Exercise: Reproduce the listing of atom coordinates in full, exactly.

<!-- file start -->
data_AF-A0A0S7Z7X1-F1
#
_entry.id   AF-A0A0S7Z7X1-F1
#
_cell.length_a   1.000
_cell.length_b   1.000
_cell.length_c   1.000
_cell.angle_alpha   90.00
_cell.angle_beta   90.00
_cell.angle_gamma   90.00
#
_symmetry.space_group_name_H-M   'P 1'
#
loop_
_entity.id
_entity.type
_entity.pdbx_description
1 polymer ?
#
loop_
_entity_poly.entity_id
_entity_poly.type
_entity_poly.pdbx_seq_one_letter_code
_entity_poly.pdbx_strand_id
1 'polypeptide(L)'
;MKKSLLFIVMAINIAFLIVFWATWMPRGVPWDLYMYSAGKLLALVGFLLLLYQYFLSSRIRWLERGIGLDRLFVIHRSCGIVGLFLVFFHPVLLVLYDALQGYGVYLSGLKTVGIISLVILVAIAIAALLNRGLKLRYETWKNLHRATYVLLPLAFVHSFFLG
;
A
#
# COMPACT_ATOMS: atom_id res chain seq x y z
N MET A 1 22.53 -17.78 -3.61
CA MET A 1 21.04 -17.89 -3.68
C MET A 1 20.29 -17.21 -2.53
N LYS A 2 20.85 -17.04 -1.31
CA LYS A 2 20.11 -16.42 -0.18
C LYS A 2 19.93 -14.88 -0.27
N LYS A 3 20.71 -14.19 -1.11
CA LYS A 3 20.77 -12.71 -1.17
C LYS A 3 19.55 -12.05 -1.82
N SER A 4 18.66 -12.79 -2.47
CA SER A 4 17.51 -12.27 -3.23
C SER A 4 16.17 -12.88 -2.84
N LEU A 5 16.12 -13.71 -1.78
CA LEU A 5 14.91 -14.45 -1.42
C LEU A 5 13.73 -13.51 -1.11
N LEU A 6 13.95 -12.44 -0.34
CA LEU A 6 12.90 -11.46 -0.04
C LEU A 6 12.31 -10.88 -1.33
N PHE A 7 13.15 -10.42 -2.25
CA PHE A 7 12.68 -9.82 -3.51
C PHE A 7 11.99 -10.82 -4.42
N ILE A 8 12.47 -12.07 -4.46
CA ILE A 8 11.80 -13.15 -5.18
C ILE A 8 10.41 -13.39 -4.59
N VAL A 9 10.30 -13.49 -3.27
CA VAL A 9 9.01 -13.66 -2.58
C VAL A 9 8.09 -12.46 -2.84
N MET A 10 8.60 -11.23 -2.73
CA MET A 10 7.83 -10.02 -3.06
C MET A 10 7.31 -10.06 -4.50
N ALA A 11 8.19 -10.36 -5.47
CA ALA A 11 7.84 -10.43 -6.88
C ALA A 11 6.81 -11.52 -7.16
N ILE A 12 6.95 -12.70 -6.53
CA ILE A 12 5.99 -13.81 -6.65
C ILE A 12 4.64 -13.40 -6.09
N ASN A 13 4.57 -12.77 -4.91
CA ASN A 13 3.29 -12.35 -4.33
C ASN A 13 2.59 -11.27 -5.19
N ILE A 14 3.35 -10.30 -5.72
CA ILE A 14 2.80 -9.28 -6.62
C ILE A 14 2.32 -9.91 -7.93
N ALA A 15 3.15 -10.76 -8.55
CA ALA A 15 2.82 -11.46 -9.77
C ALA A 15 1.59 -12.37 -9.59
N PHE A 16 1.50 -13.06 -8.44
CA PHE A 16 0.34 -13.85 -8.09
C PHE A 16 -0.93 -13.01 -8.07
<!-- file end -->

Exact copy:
data_AF-A0A0S7Z7X1-F1
#
_entry.id   AF-A0A0S7Z7X1-F1
#
_cell.length_a   1.000
_cell.length_b   1.000
_cell.length_c   1.000
_cell.angle_alpha   90.00
_cell.angle_beta   90.00
_cell.angle_gamma   90.00
#
_symmetry.space_group_name_H-M   'P 1'
#
loop_
_entity.id
_entity.type
_entity.pdbx_description
1 polymer ?
#
loop_
_entity_poly.entity_id
_entity_poly.type
_entity_poly.pdbx_seq_one_letter_code
_entity_poly.pdbx_strand_id
1 'polypeptide(L)'
;MKKSLLFIVMAINIAFLIVFWATWMPRGVPWDLYMYSAGKLLALVGFLLLLYQYFLSSRIRWLERGIGLDRLFVIHRSCGIVGLFLVFFHPVLLVLYDALQGYGVYLSGLKTVGIISLVILVAIAIAALLNRGLKLRYETWKNLHRATYVLLPLAFVHSFFLG
;
A
#
# COMPACT_ATOMS: atom_id res chain seq x y z
N MET A 1 22.53 -17.78 -3.61
CA MET A 1 21.04 -17.89 -3.68
C MET A 1 20.29 -17.21 -2.53
N LYS A 2 20.85 -17.04 -1.31
CA LYS A 2 20.11 -16.42 -0.18
C LYS A 2 19.93 -14.88 -0.27
N LYS A 3 20.71 -14.19 -1.11
CA LYS A 3 20.77 -12.71 -1.17
C LYS A 3 19.55 -12.05 -1.82
N SER A 4 18.66 -12.79 -2.47
CA SER A 4 17.51 -12.27 -3.23
C SER A 4 16.17 -12.88 -2.84
N LEU A 5 16.12 -13.71 -1.78
CA LEU A 5 14.91 -14.45 -1.42
C LEU A 5 13.73 -13.51 -1.11
N LEU A 6 13.95 -12.44 -0.34
CA LEU A 6 12.90 -11.46 -0.04
C LEU A 6 12.31 -10.88 -1.33
N PHE A 7 13.15 -10.42 -2.25
CA PHE A 7 12.68 -9.82 -3.51
C PHE A 7 11.99 -10.82 -4.42
N ILE A 8 12.47 -12.07 -4.46
CA ILE A 8 11.80 -13.15 -5.18
C ILE A 8 10.41 -13.39 -4.59
N VAL A 9 10.30 -13.49 -3.27
CA VAL A 9 9.01 -13.66 -2.58
C VAL A 9 8.09 -12.46 -2.84
N MET A 10 8.60 -11.23 -2.73
CA MET A 10 7.83 -10.02 -3.06
C MET A 10 7.31 -10.06 -4.50
N ALA A 11 8.19 -10.36 -5.47
CA ALA A 11 7.84 -10.43 -6.88
C ALA A 11 6.81 -11.52 -7.16
N ILE A 12 6.95 -12.70 -6.53
CA ILE A 12 5.99 -13.81 -6.65
C ILE A 12 4.64 -13.40 -6.09
N ASN A 13 4.57 -12.77 -4.91
CA ASN A 13 3.29 -12.35 -4.33
C ASN A 13 2.59 -11.27 -5.19
N ILE A 14 3.35 -10.30 -5.72
CA ILE A 14 2.80 -9.28 -6.62
C ILE A 14 2.32 -9.91 -7.93
N ALA A 15 3.15 -10.76 -8.55
CA ALA A 15 2.82 -11.46 -9.77
C ALA A 15 1.59 -12.37 -9.59
N PHE A 16 1.50 -13.06 -8.44
CA PHE A 16 0.34 -13.85 -8.09
C PHE A 16 -0.93 -13.01 -8.07